Until recently, the life and work of artist Jussuf Abbo was relatively unknown to the museum. Due to a wealth of information recently given to us by Abbo’s son Jerome, we have been able to learn more about the interesting life of his late father, giving a strong context to the one piece we hold by Abbo, a bust of politician George Lansbury.
Jussuf was born in 1890 in Safed (Galilee) into a large poverty-stricken Jewish farming community then suffering under the heel of the Ottoman Empire. He began to show a talent for art during primary school and, being recognised as gifted and intelligent, gained a place in a French Alliance Israelite School in Jerusalem. At the end of his studies, as an outstanding student, he was offered but turned down a free place to study in South America and took work as a building labourer instead. He was known to be a lively, opinionated, and at times arrogant young man.
His career as a labourer was fairly short lived. Abbo was noticed by Hoffmann, an architect working for the German government and he soon graduated to the drawing office, before being offered a place at the Royal Academy of Fine Arts in Berlin where he enrolled in 1911. By 1919 he had a master studio in the Prussian Academy of Fine Arts; throughout the 1920s he exhibited in major galleries in Germany and was an established portrait sculptor and an active member of the artistic community. He was also obviously and confidently non-political and utterly non-religious.
During this time, Jerome describes him as charismatic, charming and flamboyant with many rich and powerful patrons. By 1933/1934 he had met Ruth Schulz, a fine art student. He was in his early 40s, Ruth was a 20 year old from a Prussian Catholic family – and pregnant. He discovered that his Turkish passport had long been invalid and that he was, suddenly and dangerously, a stateless Jew in Nazi Germany. They could not marry and dared not even be seen together. They first fled to Worpswede (Bremen) to avoid surveillance but it soon became clear that they must abandon everything and flee the country. The first attempt was unsuccessful; Jussuf’s lack of papers denied him entry to Holland. He returned to Germany while Ruth went on to Amsterdam where their son was born. She then returned to Germany. Jussuf sought the help of the Egyptian ambassador and in 1935, armed with Egyptian citizenship, a once more pregnant future wife and a son, and little else, they arrived in England.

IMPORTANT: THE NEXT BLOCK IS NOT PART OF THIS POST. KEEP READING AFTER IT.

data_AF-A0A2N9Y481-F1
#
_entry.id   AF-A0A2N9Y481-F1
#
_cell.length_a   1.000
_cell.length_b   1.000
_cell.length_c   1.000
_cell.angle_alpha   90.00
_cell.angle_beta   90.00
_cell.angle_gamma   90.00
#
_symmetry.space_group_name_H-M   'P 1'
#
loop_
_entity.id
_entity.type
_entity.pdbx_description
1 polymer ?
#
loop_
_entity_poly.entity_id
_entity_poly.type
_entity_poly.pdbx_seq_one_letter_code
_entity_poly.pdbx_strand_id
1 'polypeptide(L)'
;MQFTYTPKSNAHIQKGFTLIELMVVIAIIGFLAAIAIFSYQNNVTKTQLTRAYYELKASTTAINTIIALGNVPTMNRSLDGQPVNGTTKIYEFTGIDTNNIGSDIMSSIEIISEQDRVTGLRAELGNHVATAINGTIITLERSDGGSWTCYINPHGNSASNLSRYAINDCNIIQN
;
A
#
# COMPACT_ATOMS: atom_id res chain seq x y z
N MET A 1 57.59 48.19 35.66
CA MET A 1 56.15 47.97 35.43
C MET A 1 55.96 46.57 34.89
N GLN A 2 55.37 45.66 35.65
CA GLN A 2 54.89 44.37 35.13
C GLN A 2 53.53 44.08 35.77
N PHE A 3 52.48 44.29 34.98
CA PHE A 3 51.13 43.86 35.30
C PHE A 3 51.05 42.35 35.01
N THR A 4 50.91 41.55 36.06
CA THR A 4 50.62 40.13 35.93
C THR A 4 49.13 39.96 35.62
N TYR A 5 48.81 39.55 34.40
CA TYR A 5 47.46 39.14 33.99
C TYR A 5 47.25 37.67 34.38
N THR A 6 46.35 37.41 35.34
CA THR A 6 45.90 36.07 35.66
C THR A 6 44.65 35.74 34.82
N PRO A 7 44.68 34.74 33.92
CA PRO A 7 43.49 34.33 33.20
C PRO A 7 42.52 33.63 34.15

In what he had thought of as his homeland for the last 24 years, he was now on the list of ‘Degenerate Artists’; his artistic career in ruins. His studio, his tools, his friends and his artistic life had gone. He’d had to abandon a large body of work that had been prepared and packed for planned exhibitions in London and must have felt truly bereft.
As a portraitist, Abbo had enjoyed the patronage of cultivated and wealthy clients in Germany and France. Generally, he found the artistic climate in England unsympathetic; Jerome states that he remembered well his father’s angrily professed contempt for the ‘English gentry who he regarded as little better than the animals they hunted!’ Also remembering how much he disliked having to accept the support of organisations that were helping émigré artists at that time. According to his son, his resentment took the form of an apparent arrogance and lack of gratitude which did little to further his fortunes.
Nevertheless, in 1937, through the good offices of the then Director of the Tate Gallery, he won an important commission to make a portrait of George Lansbury MP for the Society of Friends (Quakers) who wished to mark their admiration and gratitude for the work of this leader of the peace movement. Jussuf took heart, rented a larger studio in Hampstead and the bronze, having been cast in Paris, was finally presented and installed in the Friends’ Meeting House in London in 1939. The bust now sits within the museum’s collection and can be viewed on appointment with the Collections Team.
During World War II, Abbo retained the studio in London in the hope of being able to work there eventually; meanwhile the family evacuated themselves to rural Sussex. Jerome remembers that during this time a very large crate of ruined sculptures was dumped at the bottom of their garden – the crate that had been left abandoned in Germany some years earlier. When Jussuf wasn’t away labouring or looking for work, he wanted to restore the damaged work and the crate was turned into a studio of sorts.
He is described at this time as ‘always very distraught, worried and more and more frequently ill’. He was waiting for the war to end so that he might once more use his London studio. However, at the end of the war the owners gave him notice to quit the studio as the property was once again saleable. Jerome recalls going with him to London to clear the place, the memory of the large heap of deliberately destroyed sculptures is still vivid in his memory. Jussuf died in 1953.
The museum is very thankful to Jussuf’s son Jerome for providing this insight into his father’s life. Information such as this brings objects in our collection to life. The struggle Jussuf as an artist and also as a human went though will now always be associated with the bust, bringing a richer context to it.
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